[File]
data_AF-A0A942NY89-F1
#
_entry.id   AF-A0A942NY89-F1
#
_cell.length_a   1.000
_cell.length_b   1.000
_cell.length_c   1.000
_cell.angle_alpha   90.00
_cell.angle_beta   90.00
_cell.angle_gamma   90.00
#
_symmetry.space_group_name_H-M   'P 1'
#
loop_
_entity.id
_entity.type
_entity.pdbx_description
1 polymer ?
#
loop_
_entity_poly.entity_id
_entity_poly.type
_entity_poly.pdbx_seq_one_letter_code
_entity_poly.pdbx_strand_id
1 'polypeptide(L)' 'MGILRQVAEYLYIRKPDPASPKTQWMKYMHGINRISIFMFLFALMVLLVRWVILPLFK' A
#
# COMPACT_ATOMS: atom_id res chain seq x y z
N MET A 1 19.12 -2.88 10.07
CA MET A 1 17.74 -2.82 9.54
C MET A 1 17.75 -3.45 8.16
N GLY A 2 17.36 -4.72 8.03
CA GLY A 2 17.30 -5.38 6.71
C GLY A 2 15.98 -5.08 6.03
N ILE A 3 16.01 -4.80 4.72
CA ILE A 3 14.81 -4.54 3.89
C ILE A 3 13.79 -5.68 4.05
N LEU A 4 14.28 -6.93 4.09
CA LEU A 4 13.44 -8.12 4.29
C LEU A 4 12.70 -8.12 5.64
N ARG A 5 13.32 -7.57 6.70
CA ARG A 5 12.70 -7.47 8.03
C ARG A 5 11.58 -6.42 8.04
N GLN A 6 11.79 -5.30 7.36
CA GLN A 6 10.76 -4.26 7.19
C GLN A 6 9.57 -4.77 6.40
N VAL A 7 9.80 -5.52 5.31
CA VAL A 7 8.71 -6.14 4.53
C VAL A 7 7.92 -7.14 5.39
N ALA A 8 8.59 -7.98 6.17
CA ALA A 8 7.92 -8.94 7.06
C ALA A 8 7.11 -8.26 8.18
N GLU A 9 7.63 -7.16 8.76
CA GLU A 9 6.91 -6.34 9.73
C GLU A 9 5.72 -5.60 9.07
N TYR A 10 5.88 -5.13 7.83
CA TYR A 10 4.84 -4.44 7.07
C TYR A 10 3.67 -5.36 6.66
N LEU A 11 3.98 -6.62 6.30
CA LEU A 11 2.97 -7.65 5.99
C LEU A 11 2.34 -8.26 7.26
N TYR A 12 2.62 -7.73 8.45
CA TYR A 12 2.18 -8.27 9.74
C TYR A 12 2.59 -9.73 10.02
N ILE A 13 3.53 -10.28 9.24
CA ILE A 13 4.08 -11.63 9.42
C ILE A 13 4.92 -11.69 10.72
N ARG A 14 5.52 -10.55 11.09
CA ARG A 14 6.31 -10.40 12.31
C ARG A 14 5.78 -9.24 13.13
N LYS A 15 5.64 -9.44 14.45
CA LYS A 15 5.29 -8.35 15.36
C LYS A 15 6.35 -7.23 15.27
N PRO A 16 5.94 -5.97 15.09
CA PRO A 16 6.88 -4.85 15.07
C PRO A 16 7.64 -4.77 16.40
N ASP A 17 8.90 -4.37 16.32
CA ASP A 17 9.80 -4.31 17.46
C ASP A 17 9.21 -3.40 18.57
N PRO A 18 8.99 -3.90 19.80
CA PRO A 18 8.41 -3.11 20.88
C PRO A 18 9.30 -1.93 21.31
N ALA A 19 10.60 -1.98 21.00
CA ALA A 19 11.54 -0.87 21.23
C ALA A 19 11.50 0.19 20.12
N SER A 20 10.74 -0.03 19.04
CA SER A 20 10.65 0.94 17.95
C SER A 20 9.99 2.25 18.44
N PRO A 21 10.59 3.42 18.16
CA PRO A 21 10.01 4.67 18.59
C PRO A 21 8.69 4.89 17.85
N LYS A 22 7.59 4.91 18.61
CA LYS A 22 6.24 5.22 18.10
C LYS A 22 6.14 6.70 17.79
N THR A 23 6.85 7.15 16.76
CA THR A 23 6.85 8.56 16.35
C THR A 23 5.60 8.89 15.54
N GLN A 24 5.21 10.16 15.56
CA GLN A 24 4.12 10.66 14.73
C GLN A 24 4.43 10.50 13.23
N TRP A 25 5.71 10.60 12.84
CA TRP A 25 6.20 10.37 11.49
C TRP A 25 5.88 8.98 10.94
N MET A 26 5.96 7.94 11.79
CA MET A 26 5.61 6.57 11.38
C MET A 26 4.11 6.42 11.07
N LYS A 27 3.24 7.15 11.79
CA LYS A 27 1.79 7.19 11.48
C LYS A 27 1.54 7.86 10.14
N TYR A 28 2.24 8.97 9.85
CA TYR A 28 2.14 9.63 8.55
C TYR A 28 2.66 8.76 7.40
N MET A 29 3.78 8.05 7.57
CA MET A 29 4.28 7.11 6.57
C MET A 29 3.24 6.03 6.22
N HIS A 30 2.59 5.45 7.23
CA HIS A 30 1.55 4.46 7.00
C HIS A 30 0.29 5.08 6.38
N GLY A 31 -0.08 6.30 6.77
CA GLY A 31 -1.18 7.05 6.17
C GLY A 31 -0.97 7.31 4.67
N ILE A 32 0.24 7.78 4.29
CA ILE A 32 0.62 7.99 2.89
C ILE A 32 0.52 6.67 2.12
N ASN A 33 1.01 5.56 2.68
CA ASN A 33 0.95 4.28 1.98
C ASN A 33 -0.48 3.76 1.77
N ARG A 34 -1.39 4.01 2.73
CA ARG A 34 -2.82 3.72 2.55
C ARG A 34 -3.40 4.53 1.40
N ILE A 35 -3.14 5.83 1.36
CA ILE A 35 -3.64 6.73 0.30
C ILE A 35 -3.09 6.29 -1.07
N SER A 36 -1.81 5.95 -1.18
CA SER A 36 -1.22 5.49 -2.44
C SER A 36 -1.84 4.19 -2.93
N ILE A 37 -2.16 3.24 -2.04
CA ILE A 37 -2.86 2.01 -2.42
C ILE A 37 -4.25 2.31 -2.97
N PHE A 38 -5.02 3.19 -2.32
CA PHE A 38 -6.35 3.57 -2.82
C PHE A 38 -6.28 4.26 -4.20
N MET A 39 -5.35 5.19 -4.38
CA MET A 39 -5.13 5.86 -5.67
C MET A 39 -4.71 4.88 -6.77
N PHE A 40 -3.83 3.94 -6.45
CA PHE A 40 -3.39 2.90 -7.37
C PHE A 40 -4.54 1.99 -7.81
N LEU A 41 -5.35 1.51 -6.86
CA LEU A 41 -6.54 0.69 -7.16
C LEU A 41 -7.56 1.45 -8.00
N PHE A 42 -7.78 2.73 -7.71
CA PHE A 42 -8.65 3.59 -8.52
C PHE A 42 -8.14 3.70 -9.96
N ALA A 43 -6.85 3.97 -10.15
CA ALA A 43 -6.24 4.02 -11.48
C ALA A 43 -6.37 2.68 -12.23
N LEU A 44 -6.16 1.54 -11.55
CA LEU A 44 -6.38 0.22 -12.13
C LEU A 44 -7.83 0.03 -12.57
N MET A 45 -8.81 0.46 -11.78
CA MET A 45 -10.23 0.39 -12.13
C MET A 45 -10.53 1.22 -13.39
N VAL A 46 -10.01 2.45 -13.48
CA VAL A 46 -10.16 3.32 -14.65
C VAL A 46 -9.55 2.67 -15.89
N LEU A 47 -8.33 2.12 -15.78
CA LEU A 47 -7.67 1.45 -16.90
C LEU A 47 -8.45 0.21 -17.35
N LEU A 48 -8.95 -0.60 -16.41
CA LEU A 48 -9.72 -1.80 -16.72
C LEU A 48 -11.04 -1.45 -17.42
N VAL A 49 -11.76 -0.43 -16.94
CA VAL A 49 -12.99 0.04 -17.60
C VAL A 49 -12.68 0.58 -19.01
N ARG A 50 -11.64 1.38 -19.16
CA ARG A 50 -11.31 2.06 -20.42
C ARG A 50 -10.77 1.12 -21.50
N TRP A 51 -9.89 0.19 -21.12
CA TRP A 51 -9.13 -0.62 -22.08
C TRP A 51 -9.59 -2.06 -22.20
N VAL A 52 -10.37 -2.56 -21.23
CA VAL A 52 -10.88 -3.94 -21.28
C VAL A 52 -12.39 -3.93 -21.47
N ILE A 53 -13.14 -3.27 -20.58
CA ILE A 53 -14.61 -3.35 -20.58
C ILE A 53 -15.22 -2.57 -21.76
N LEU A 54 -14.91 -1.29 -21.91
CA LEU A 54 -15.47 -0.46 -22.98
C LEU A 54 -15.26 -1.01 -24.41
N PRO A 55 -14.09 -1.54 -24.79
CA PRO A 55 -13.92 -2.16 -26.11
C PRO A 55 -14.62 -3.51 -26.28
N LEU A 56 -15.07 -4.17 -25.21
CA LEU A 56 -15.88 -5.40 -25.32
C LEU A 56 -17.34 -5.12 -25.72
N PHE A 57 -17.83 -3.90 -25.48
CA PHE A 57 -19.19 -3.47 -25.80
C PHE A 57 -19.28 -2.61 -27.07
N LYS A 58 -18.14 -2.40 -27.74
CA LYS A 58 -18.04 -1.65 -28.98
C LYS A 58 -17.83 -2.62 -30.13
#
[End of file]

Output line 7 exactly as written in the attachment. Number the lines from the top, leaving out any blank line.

_cell.length_c   1.000